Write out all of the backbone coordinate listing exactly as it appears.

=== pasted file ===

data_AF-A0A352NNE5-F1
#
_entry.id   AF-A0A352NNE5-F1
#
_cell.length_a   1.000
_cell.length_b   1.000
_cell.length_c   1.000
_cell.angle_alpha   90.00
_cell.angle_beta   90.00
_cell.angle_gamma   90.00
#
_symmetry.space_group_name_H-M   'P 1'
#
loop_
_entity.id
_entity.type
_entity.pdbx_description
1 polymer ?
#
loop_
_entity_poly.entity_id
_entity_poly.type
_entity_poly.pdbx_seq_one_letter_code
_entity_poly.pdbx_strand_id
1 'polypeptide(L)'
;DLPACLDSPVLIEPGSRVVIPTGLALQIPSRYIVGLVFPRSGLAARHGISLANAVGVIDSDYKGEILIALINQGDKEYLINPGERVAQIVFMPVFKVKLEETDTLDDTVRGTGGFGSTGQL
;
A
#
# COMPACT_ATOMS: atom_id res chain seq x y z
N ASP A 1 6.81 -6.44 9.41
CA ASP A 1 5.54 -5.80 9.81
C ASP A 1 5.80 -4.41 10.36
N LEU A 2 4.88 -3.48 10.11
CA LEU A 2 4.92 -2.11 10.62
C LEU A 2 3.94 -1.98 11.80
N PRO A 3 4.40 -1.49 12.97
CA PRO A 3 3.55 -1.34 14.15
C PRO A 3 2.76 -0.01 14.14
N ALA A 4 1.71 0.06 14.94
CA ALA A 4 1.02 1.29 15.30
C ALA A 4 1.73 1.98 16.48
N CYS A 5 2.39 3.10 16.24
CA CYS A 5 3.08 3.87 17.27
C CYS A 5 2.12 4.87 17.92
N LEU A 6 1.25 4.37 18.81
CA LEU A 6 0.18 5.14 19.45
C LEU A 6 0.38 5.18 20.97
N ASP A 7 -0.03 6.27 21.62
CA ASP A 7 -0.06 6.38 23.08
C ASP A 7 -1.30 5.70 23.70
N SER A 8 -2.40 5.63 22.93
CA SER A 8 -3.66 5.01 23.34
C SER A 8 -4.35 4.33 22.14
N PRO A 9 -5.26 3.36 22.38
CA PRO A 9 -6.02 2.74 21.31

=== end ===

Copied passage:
data_AF-A0A352NNE5-F1
#
_entry.id   AF-A0A352NNE5-F1
#
_cell.length_a   1.000
_cell.length_b   1.000
_cell.length_c   1.000
_cell.angle_alpha   90.00
_cell.angle_beta   90.00
_cell.angle_gamma   90.00
#
_symmetry.space_group_name_H-M   'P 1'
#
loop_
_entity.id
_entity.type
_entity.pdbx_description
1 polymer ?
#
loop_
_entity_poly.entity_id
_entity_poly.type
_entity_poly.pdbx_seq_one_letter_code
_entity_poly.pdbx_strand_id
1 'polypeptide(L)'
;DLPACLDSPVLIEPGSRVVIPTGLALQIPSRYIVGLVFPRSGLAARHGISLANAVGVIDSDYKGEILIALINQGDKEYLINPGERVAQIVFMPVFKVKLEETDTLDDTVRGTGGFGSTGQL
;
A
#
# COMPACT_ATOMS: atom_id res chain seq x y z
N ASP A 1 6.81 -6.44 9.41
CA ASP A 1 5.54 -5.80 9.81
C ASP A 1 5.80 -4.41 10.36
N LEU A 2 4.88 -3.48 10.11
CA LEU A 2 4.92 -2.11 10.62
C LEU A 2 3.94 -1.98 11.80
N PRO A 3 4.40 -1.49 12.97
CA PRO A 3 3.55 -1.34 14.15
C PRO A 3 2.76 -0.01 14.14
N ALA A 4 1.71 0.06 14.94
CA ALA A 4 1.02 1.29 15.30
C ALA A 4 1.73 1.98 16.48
N CYS A 5 2.39 3.10 16.24
CA CYS A 5 3.08 3.87 17.27
C CYS A 5 2.12 4.87 17.92
N LEU A 6 1.25 4.37 18.81
CA LEU A 6 0.18 5.14 19.45
C LEU A 6 0.38 5.18 20.97
N ASP A 7 -0.03 6.27 21.62
CA ASP A 7 -0.06 6.38 23.08
C ASP A 7 -1.30 5.70 23.70
N SER A 8 -2.40 5.63 22.93
CA SER A 8 -3.66 5.01 23.34
C SER A 8 -4.35 4.33 22.14
N PRO A 9 -5.26 3.36 22.38
CA PRO A 9 -6.02 2.74 21.31